A kitchen renovation can seem like a daunting task, but for local novelist Stacey Ballis it was truly a labor of love. “I walked in,” she says of the first time she visited her house, “and the building gave me a hug. It felt like home in such a warm and visceral way.”
That was in 1993, when the Logan Square building was still a three-flat. While signing the lease for the available first-floor unit, she recalls, she told her landlord that he had to promise to eventually sell her the building so she could live there forever. Ultimately, that’s exactly what happened: After renting for 20 years, she and her husband, Bill, “made it official” and bought the place — all three glorious units — in 2013.
Given that she’d had two decades to map out every detail of the renovation, the two wasted no time converting the apartments into a single-family home. Because Ballis is a successful foodie novelist and lifestyle blogger who loves to cook and entertain, having a functional kitchen was the immediate priority.
“What we wanted was very different from what’s happening in contemporary kitchen design right now,” she says. “We don’t have kids, so we didn’t need the space to function as a family/den/hangout/homework station. Instead, I wanted a zoned kitchen with a chef’s table.”
In order for them to accomplish that, the footprint needed to be completely reimagined. Half of what was originally the second-floor apartment was absorbed into the new kitchen space; a small bedroom was transformed into a cookbook library and equipment room; and what was once the formal dining room is now a baking center with an electric oven, warming drawer, sink, and dishwasher. Only two rooms kept their intended use: a butler’s pantry that’s now stocked with all manner of goods (including a wine fridge that’s been hacked to store cheese) and the first-floor unit’s kitchen, which functions as a prep/staging area.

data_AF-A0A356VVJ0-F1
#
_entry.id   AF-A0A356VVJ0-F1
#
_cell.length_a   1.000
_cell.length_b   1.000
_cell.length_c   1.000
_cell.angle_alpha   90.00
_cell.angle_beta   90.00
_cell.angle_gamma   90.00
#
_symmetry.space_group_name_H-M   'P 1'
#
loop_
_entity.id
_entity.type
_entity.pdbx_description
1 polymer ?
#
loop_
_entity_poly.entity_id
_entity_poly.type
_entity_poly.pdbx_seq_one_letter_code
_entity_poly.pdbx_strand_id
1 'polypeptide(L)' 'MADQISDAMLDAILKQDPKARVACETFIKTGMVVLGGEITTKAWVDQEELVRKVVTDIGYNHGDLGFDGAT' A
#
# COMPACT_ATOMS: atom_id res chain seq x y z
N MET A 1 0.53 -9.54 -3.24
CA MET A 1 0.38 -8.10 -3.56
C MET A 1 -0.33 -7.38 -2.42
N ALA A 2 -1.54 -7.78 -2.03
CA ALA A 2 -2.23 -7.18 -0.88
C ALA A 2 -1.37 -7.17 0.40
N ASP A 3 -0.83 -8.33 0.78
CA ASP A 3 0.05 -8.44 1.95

Because the goal was a zoned, restaurant-quality kitchen, areas were quickly defined by task. “This kitchen had to be practical above absolutely everything else,” says Ballis. To that end, the south wall is the primary cooking station with a heavy-duty BlueStar range top, a BlueStar gas oven, and a La Cornue rotisserie lined up and ready for battle. From there, a counter wraps around the kitchen perimeter to the secondary cooking zone, where a Gaggenau induction cooktop can sense the size of the pot it’s heating and an in-counter steamer can be used for steaming vegetables or cooking pasta. The prep island doubles as a cutting board, and Blanco sinks and faucets and Miele dishwashers round out the mix of appliances.
But even with a focus on functionality, the room is striking, colorful, and full of unexpected elements that look beautiful while serving a very specific purpose. Instead of a tile backsplash, for example, Ballis had tempered glass painted and installed behind the rangetop. “I make Sunday gravy and splatter tomato sauce everywhere, so I didn’t want to be driving myself crazy cleaning grout,” she says. (Sunday, you say? How’s 7ish? We’ll bring the wine.)
Danielle McLimore is a Chicago-based writer and editor who has worked in book publishing since 2009. She lives with her husband, two sons, and a very misbehaved dog. She proudly supports the Center for Reproductive Rights.